This is chart that show how the Horseshoe Falls has receded over the years because the rock wall face underneath crumbles.20160913_211109
It was going to be a long walk uphill back to the car in the dark so we paid to ride the Inclined Railway (funicular) back up the hill.  After driving back across the border into the United States we arrived back home.
We enjoyed our short time at Niagara Falls and will next head to our last stop in New York State.

Here is a nighttime video of Horseshoe falls taken from the Canadian side.

Sept 8, 2016 Seneca Falls, NY

Thursday morning we left the Adirondacks and headed west to Seneca Falls, population 6,700. We thought it was going to be a short three night stop on our way to Niagara Falls without much to see or do. Boy were we wrong!!
We camped at Cayuga Lake State Park near beautiful Cayuga Lake, one of the longest of the Finger Lakes. During the past million years, glaciers covered New York state. As they moved through river valleys they carved deep troughs with steep sides. When the glaciers receded about 10,000 years ago, water filled these troughs, creating eleven Finger Lakes. Cayuga Lake is thirty-eight miles long and 435 feet deep at its deepest spot. Cayuga Lake is named after the Cayuga Indians, one of the Six Nations of the Iroquois in New York.
I was looking through some literature about the area and came across Watkins Glen State Park about thirty minutes from our campground. I read that in 2015 it was voted the third most beautiful state park in the country in a USA Today poll. All the reviews I read talked about a gorgeous 1.5 mile (three miles roundtrip) hike with 832 steps and nineteen waterfalls. We both love waterfalls so even though the 832 steps seemed a bit daunting, we decided to give it a try.20160909_111629
20160909_093118We headed out early Friday morning. On the way to Watkins Glen we came across a plaque in the small town of Waterloo. We had no idea that Waterloo, NY was the official birthplace of Memorial Day, with the first ceremony held in 1866. Some of the interesting things we just happen to stumble across is amazing to us. 20160909_093044We drove beside Seneca Lake, the largest of the Finger Lakes and the deepest lake in the state.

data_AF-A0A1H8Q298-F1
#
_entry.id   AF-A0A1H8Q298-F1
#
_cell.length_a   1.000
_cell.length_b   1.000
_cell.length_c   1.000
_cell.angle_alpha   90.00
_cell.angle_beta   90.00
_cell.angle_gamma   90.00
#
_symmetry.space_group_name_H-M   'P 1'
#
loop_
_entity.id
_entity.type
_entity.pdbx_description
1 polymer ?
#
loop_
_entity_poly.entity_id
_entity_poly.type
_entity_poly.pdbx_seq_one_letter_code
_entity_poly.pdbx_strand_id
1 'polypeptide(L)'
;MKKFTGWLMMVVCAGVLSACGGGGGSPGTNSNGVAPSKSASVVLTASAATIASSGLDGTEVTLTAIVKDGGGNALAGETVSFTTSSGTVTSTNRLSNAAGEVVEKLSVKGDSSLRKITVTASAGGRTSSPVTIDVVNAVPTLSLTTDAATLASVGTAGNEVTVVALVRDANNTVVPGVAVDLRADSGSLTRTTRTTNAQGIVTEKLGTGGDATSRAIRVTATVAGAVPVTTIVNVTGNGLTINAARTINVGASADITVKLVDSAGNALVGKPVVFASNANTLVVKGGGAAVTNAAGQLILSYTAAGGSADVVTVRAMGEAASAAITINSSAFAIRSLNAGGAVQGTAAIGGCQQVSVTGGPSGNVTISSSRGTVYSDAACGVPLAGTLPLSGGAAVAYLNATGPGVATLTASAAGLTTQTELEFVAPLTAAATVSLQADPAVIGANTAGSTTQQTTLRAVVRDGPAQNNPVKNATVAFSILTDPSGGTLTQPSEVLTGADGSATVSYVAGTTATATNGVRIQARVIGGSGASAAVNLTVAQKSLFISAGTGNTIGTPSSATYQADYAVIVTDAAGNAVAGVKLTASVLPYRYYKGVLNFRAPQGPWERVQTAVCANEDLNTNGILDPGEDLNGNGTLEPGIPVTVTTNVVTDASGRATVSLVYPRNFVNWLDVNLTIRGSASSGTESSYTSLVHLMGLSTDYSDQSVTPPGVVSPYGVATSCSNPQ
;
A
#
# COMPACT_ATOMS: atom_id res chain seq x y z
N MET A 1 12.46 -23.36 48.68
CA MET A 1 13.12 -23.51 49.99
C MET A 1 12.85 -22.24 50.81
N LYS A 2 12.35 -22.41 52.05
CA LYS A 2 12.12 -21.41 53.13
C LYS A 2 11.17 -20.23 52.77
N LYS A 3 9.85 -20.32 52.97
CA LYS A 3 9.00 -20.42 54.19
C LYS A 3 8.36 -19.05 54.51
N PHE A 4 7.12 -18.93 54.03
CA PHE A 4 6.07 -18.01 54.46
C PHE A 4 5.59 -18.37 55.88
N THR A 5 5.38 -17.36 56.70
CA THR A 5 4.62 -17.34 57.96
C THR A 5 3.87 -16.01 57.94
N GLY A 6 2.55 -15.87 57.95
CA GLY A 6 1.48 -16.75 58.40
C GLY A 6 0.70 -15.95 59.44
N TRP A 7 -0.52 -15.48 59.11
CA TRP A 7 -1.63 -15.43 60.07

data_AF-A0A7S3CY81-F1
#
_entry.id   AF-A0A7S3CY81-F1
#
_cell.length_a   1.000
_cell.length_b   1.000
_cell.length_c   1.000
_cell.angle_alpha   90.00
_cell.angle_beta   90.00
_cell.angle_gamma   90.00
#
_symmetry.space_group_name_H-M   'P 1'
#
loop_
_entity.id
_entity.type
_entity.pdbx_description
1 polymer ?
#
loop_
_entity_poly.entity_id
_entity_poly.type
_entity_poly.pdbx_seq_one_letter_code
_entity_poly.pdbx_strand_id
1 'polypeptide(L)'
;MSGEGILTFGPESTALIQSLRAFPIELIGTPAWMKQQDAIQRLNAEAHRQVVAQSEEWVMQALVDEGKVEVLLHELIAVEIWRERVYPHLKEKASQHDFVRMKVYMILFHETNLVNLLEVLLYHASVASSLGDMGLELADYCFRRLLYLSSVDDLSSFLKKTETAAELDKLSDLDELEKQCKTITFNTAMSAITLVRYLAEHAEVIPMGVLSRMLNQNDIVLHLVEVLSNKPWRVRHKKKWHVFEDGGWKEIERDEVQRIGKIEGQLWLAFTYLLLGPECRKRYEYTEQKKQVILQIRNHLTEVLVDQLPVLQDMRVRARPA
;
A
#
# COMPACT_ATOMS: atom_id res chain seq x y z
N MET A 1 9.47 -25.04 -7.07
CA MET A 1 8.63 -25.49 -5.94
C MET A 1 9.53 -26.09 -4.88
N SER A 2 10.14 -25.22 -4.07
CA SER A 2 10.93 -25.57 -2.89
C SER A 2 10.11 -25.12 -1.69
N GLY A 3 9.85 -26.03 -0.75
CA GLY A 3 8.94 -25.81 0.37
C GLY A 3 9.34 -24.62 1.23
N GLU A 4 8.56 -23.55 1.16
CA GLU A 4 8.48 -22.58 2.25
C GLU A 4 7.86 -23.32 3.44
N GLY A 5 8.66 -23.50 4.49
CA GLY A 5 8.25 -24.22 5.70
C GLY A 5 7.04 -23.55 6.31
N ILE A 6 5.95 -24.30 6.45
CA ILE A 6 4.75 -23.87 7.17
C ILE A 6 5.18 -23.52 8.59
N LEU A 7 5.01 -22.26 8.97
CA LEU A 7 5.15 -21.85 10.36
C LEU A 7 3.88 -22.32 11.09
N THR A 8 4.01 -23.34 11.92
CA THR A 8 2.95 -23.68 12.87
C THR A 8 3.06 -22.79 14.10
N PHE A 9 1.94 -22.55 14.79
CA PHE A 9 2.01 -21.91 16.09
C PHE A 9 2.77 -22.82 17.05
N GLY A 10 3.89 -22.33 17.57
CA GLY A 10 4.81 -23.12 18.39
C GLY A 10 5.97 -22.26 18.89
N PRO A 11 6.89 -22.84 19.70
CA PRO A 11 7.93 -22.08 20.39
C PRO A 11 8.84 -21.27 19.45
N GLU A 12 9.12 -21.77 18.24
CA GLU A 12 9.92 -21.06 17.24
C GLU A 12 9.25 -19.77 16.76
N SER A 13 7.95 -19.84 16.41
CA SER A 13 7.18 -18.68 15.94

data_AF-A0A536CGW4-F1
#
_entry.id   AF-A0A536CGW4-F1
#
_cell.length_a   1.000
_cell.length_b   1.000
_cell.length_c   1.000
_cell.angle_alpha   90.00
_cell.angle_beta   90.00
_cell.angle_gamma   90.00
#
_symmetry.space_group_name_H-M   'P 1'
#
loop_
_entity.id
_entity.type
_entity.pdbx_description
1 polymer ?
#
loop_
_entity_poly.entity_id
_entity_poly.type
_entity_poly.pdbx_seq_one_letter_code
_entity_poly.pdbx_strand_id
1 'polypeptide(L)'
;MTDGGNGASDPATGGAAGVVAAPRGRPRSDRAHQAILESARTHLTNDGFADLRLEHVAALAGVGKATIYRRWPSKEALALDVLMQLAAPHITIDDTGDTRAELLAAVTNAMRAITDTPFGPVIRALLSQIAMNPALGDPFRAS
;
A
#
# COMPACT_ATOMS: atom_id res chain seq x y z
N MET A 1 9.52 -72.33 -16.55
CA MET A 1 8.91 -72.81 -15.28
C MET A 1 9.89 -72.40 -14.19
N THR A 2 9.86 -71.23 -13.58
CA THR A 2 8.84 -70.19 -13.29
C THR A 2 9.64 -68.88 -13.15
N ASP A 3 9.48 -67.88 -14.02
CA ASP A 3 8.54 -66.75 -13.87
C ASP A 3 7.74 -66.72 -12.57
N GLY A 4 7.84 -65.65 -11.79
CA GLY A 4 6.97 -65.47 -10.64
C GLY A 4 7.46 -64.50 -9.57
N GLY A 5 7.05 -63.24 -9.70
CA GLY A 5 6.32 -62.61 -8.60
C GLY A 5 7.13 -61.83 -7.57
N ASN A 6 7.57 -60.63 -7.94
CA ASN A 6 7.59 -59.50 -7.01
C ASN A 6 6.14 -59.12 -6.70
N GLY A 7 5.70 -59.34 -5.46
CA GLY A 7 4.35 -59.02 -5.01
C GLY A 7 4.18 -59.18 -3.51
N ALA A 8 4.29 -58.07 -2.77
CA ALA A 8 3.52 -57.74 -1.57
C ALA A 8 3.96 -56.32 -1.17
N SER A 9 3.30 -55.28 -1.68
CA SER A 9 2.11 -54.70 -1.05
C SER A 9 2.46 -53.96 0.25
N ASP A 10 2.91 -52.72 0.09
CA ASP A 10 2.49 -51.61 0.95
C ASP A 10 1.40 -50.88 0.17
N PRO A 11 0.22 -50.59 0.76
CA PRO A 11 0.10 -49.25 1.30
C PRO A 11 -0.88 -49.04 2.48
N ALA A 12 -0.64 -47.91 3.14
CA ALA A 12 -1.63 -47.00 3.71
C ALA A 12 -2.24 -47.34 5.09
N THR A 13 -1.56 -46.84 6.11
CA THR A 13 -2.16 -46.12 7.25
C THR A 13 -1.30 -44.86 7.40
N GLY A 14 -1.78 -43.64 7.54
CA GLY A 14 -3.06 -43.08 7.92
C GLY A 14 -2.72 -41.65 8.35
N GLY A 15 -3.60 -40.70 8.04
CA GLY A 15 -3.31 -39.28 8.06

We didn’t realize that the town of Watkins Glen is renowned for auto racing and is considered the birthplace of American racing.   Since 1948 Watkins Gen has hosted international automobile car racing and in 2015 was voted the best NASCAR track in the country in a USA Today Reader’s Poll.  The town has an International Motor Racing Research Center with 5,000 square feet of racing history.  From April through September they host NASCAR sports car and racing events. This weekend was the U.S. Vintage Grand Prix and as we drove down Main Street they were getting ready to close off the street for a parade. To our dismay we discovered that even though the state park was open, the parking lot was closed. We asked where we could park and they said our only option was to find a parking lot or side street parking, which seemed highly unlikely on a parade day in a tiny town. Across the street from the park was a restaurant and Bill decided to go inside and ask if we could park in their restaurant parking lot for a few hours. I told him there was no way they would allow that on parade day. We pulled into the lot and I stayed with the car while he went inside to ask. He came back a few minutes later and said the owner said no problem and refused to take any money. Yeah!!
We grabbed our walking sticks and headed over to the entrance. We had an idea what was ahead when we saw a beautiful waterfall at the entrance. This park certainly lived up to its #3 best ranking. Everywhere we looked there was beauty. We were apprehensive about the steps but they were nice stone steps put in years ago by the CCC and easy to climb. I had worried they might be uneven and slick, but no problem. The hike on the Gorge Trail was not tiring at all because we were constantly stopping to gaze in wonder and awe at the beauty. We followed the gorge trail as it wound over and under waterfalls.20160909_11111420160909_11403320160909_11431820160909_11592220160909_12072320160909_12192020160909_12201920160909_12264920160909_11234620160909_135502